The first Step to remove the rear subframe is to jack the back of the car up, remove the rear wheels and and
put the car securely on axle stands (shown right) - you really don't want it falling on your head while you're
The next step was to blast a good amount of WD40 over all the bolts holding the rear subframe to the bodyshell,
in an overly optimistic attempt to free up those bolts which were hopelessly rusted solid. Then place something
under the rear subframe to support it once the bolts are removed (I used a sturdy wooden plank balanced on my
trolley jack, as this had the advantage of being able to lower the subframe out easily once the bolts were removed,
safety of supporting only with the trolley jack wasn't a problem as I wouldn't be under the car once the rear bolts
had been removed). In the end I managed to unbolt just two of the bolts - the rest all had to be ground off with my
trusty angle grinder... I started with the rear bolts for the subframe.
Once I'd removed the rear bolts it was time to move on to the front bolts, which had also siezed rock solid
(the heads of the bolts rounded off almost immediately). Needeless to say the old angle grinder got another outing.
Once the heads had been ground off the bolts, I was able to roll the subframe off them thanks to the wheels on the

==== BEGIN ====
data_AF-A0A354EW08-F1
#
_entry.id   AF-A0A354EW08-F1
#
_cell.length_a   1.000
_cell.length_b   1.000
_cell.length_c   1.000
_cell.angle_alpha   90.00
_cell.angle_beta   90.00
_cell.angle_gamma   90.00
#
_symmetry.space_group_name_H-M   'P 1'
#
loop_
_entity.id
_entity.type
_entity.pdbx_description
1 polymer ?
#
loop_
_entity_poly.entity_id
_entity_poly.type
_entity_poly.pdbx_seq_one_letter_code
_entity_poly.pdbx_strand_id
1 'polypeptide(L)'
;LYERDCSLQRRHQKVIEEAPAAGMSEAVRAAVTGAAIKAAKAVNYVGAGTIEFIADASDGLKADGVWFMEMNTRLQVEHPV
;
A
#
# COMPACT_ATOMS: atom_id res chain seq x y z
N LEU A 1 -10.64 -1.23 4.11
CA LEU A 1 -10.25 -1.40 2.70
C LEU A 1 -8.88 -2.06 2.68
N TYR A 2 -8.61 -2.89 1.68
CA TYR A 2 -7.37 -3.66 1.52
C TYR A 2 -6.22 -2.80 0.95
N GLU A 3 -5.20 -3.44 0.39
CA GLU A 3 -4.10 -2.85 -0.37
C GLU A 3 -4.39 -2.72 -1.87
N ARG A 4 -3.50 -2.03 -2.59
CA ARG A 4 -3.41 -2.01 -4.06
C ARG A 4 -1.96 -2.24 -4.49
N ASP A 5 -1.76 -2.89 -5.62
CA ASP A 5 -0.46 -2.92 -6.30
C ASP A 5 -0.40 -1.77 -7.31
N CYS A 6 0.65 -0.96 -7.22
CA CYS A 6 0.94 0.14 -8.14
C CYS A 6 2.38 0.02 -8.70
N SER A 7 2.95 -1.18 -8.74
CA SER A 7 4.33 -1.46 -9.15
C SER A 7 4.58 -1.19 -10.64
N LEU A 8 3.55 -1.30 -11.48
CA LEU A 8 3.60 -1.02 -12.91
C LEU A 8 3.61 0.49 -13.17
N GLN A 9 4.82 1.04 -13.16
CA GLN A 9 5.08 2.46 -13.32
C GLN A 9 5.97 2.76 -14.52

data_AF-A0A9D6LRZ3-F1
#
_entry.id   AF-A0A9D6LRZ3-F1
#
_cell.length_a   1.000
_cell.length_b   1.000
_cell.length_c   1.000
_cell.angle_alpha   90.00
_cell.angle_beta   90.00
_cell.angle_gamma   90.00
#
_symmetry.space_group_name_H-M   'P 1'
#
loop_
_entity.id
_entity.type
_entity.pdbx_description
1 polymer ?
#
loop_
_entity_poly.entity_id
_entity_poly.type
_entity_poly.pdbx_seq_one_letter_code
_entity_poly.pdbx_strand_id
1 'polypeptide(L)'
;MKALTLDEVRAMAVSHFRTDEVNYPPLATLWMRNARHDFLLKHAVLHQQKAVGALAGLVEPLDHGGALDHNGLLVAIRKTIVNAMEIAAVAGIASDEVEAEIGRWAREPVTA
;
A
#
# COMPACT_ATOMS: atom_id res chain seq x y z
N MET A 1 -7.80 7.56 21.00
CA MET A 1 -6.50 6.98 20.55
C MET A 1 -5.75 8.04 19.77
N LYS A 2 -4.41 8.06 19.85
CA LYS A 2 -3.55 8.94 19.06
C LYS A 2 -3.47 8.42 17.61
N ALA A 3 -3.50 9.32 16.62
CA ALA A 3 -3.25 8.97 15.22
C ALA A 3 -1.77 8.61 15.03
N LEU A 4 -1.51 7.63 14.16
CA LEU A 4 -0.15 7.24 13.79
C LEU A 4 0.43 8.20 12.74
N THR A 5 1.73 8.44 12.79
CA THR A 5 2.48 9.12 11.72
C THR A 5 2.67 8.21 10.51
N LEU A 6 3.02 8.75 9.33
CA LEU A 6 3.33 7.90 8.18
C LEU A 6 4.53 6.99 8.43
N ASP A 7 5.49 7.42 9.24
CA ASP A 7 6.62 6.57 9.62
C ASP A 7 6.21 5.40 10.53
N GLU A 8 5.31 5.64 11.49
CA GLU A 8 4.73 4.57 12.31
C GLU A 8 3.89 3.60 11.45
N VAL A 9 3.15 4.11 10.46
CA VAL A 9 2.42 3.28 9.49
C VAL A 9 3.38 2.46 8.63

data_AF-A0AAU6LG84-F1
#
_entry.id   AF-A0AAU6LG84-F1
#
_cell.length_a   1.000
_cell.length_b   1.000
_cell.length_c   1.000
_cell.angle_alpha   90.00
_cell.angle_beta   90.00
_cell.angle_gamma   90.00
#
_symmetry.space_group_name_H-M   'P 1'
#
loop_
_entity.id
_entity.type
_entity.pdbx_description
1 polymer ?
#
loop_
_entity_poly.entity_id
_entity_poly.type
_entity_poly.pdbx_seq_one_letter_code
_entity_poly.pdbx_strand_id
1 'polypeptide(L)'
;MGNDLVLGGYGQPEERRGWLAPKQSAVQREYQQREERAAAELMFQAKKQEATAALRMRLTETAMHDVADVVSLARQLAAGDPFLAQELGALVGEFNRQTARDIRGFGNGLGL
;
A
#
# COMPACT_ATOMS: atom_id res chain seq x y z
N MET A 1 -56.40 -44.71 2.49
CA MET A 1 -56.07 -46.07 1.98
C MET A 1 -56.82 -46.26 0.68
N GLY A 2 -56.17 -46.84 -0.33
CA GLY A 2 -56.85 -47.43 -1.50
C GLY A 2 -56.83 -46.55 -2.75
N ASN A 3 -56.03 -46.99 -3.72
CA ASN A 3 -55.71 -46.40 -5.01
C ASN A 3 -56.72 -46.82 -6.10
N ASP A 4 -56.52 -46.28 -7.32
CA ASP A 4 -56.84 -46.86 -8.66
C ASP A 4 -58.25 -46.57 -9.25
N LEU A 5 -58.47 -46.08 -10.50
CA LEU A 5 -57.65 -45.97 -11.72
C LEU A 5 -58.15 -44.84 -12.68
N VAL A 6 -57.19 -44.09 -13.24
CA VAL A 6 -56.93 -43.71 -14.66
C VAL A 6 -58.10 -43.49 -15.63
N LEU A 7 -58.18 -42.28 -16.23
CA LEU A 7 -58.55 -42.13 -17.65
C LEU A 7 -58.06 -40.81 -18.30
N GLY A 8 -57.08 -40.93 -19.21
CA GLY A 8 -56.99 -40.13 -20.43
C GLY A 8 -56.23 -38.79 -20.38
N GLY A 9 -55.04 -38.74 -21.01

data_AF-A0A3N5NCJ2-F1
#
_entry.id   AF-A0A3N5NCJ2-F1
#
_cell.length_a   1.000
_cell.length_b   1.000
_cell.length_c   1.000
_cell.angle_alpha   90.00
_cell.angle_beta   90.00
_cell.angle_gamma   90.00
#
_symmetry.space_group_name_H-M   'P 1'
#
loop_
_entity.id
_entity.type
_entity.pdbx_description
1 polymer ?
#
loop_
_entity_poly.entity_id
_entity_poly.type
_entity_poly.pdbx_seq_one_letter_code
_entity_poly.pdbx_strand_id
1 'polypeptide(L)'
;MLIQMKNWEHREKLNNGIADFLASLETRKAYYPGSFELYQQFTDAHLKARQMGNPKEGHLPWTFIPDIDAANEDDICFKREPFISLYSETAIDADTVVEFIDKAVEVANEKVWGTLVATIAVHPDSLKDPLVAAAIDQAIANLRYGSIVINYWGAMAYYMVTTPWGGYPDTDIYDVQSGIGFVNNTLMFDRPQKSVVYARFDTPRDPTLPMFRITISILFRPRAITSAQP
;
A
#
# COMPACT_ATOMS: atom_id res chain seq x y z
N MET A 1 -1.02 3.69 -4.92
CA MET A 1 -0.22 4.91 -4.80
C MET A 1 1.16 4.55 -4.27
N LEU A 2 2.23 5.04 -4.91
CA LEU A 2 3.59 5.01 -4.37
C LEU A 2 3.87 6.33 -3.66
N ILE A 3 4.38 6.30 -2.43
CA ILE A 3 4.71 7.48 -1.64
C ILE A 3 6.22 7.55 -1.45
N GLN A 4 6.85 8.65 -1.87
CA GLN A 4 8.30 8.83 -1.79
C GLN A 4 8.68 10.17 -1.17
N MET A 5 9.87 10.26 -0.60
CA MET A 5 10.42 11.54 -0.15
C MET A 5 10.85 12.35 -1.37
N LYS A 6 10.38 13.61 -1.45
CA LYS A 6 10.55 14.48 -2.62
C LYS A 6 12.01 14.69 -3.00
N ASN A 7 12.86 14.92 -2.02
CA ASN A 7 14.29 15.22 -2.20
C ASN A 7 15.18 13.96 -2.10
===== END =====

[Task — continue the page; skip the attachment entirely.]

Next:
trolley jack, drop it down onto the floor and dump it outside (see picture below, click thumbnail to enlarge) until I was ready to take it to the
tip (word of warning, it's a lot heavier than it looks, and bloody awkward to get into the back of a golf :-). I then
removed the headless studs using a pair of waterpump pliers and and large dose of WD40, brute force and bad language (well
actually 3 of them, the fourth wouldn't budge, so I left it in for the experts at Southam Mini and Metro Centre to deal
with - I presume they have special 'Industrial Grade' bad language and some really big pliers :-)
Once all this was done, it was ready to go off to Southam Mini and Metro Centre, where they did all the welding, as
well as put in the new 1275 MG Metro engine I'd sourced. It came back looking much better - all the rust gone, lots
of nice new panels and steel plate welded in where whole panels were not needed.